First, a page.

All objects in Blender are positioned somewhere within 3D space, and therefore each object has a relationship with the 3D space surrounding it. This relationship is often defined using the global transforms, ie, the model’s location, rotation, and scale. We can access these transforms in various ways, such as object rotation.
The easiest way to rotate an object in Blender is to select the model and then use the R key to activate the rotate tool. We can switch from view rotation to trackball rotation by pressing R a second time, and we can look to a specific axis by using the X, Y, and Z keys. Alternatively, we can use either the rotate tool on the tool shelf or the side panel to affect our rotation.
Rotation, like all transforms, can have a profound effect on how our objects behave in Blender. So it is essential to understand, first and foremost, how we can rotate any object in Blender.
Rotating Your Objects Using The Hotkey
The ability to change the rotation of your model is so common in blender that the easiest way to use the tool will always be for us to use the hotkey for quick access. This allows us to press a single button on our keyboard and grab the selected object so we can begin moving it with our mouse.
The hotkey for moving our objects in Blender is R. Make sure that your object is selected, and then press the R key to initiate the rotate tool. The highlights around the selected object will appear in white to indicate that the tool is active.
You can now move your mouse around your 3D viewport, and your cube object or whichever objects you have selected will rotate along with the movement of your mouse cursor.
Note that the rotation is heavily affected by the view within the 3D viewport. For example, if you were to view your object from the top orthographic view then the model would only rotate on the Z-axis based on that view.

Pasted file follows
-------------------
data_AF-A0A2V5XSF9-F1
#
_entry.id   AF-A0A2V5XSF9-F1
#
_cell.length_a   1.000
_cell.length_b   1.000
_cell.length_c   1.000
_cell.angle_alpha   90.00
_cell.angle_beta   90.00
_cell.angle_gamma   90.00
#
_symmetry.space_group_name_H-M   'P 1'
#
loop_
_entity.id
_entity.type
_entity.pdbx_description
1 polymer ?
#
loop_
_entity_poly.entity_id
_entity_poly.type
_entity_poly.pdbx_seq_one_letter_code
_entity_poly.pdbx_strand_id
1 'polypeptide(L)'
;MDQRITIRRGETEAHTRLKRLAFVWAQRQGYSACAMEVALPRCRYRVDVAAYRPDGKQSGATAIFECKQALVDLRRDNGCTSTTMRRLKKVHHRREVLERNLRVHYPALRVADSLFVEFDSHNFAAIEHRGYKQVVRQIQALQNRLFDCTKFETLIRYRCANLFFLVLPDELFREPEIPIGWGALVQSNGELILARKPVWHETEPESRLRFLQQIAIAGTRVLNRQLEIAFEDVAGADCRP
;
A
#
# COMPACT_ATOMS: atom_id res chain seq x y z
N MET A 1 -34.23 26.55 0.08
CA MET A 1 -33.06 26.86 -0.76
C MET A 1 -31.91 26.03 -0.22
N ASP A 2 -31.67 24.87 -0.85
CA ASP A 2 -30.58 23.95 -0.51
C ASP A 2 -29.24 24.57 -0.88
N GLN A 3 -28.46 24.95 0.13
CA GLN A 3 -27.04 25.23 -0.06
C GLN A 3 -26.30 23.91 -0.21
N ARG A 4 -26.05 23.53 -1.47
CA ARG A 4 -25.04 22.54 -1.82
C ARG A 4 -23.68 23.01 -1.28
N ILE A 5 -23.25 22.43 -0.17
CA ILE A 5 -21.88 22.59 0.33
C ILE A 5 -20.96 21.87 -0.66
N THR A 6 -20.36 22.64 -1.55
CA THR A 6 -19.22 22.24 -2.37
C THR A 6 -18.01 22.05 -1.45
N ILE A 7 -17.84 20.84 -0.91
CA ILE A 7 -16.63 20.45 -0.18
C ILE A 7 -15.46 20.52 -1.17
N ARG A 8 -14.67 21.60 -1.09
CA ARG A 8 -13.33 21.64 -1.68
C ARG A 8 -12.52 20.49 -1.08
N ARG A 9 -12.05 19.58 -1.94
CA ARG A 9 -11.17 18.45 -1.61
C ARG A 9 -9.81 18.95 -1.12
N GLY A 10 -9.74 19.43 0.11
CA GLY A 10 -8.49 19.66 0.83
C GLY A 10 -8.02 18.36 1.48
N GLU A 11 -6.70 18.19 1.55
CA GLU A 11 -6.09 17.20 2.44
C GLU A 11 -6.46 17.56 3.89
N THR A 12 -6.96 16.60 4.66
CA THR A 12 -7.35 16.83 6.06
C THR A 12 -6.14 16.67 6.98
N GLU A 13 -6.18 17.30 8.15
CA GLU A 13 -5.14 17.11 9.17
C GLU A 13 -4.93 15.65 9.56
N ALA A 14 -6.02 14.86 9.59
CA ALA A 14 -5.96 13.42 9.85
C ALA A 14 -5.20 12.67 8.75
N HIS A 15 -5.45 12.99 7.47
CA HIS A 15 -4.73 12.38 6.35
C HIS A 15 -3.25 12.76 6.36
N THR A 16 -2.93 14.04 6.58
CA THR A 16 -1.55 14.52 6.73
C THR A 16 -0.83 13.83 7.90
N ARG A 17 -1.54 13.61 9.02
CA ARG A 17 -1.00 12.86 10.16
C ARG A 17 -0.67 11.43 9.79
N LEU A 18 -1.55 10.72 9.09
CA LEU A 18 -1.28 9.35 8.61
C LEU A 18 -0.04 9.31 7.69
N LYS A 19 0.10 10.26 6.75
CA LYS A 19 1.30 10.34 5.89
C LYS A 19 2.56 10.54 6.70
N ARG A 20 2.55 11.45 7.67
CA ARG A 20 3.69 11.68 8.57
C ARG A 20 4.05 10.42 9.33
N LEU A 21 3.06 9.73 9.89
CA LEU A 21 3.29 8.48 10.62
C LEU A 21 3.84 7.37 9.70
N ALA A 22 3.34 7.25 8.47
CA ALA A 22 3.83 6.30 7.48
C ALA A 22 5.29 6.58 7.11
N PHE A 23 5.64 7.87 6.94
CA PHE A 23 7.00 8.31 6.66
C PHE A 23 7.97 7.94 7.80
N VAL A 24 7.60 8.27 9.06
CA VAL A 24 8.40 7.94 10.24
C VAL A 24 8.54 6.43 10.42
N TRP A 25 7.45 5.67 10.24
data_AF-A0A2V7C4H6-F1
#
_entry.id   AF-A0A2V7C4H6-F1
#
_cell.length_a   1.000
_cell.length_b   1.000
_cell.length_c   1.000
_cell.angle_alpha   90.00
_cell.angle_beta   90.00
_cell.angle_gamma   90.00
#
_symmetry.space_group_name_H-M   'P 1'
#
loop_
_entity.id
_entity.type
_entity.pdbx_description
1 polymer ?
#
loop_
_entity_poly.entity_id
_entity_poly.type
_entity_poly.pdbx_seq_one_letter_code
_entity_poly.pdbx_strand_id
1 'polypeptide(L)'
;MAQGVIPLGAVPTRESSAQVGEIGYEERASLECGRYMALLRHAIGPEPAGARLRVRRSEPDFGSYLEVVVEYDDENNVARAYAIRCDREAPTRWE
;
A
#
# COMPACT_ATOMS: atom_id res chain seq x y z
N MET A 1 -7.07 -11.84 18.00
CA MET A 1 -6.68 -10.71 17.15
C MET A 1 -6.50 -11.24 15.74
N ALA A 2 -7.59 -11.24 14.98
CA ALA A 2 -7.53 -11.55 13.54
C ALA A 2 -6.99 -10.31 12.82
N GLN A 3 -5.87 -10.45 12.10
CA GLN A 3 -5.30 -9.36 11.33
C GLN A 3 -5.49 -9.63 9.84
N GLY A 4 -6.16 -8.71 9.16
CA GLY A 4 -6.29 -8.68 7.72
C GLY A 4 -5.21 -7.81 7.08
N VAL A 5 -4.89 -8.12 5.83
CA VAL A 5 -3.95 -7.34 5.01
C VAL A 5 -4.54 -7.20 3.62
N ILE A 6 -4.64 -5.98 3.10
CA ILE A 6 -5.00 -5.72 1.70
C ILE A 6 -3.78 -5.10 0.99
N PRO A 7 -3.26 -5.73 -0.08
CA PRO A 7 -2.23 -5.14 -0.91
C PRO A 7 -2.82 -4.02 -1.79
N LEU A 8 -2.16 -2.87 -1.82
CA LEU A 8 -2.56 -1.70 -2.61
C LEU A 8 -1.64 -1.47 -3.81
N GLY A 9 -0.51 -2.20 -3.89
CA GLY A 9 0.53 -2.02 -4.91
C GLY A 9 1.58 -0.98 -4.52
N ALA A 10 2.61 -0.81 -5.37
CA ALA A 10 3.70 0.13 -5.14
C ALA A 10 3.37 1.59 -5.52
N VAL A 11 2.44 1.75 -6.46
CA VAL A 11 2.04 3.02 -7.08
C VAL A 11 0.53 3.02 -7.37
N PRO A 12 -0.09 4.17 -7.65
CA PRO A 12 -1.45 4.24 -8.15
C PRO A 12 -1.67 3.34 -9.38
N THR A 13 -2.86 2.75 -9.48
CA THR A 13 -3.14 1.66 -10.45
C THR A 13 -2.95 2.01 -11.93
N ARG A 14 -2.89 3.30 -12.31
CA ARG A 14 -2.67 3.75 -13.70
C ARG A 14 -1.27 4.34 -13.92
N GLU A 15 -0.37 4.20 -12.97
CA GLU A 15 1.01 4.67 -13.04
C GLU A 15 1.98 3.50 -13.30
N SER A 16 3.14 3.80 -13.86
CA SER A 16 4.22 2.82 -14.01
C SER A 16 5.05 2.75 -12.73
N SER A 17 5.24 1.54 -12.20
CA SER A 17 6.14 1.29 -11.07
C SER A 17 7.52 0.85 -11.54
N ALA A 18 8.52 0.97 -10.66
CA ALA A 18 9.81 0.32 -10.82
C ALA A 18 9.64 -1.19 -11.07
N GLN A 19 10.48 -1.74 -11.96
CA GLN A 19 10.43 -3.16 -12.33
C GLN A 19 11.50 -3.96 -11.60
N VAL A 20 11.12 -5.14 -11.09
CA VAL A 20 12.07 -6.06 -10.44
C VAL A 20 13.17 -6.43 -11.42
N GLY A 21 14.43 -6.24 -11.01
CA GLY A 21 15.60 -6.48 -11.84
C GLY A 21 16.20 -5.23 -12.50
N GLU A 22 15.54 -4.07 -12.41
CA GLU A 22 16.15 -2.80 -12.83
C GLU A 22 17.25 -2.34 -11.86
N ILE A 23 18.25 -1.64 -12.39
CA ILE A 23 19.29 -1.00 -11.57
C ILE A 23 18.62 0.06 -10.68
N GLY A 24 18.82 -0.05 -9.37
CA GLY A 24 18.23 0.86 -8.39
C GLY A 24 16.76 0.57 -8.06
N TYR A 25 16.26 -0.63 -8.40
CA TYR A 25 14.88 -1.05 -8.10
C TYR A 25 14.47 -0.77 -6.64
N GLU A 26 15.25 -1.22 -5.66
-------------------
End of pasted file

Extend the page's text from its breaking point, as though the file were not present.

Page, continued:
If you want to rotate the object more freely, without the influence of the viewport, then you can press the R key a second time while the tool is already active.
This will enable trackball rotation, allowing the user to freely rotate their model across all axes regardless of the view in the viewport.
If we want to go the other way and limit the rotation to a single axis, we can press the X, Y, or Z keys while the rotate tool is active to lock the rotation to that axis.
For example, if we press the R key to initiate the rotate tool and then the Z key to lock to the Z axis, then the model would only rotate on the Z axis, not on the X or Y.
Rotating With The Rotate Tool
If you don’t want to use the hotkey, then the best method is to use the rotate tool that can be found on the tool shelf.
Go to the tool shelf, which can be opened with the T key if it is not currently visible, and select the rotate tool, which should be the fourth option in the tool shelf.
When the tool is active, it will be highlighted blue, and a gizmo will appear over the option origin of the selected model.
If you do not see a gizmo, you have not yet selected the object, so left-click to select any object you wish to rotate.
A large white circle surrounds the gizmo. Click and drag on the white circle to rotate the object based on the viewport’s view.
This is the same as simply pressing the R key to activate the rotate tool.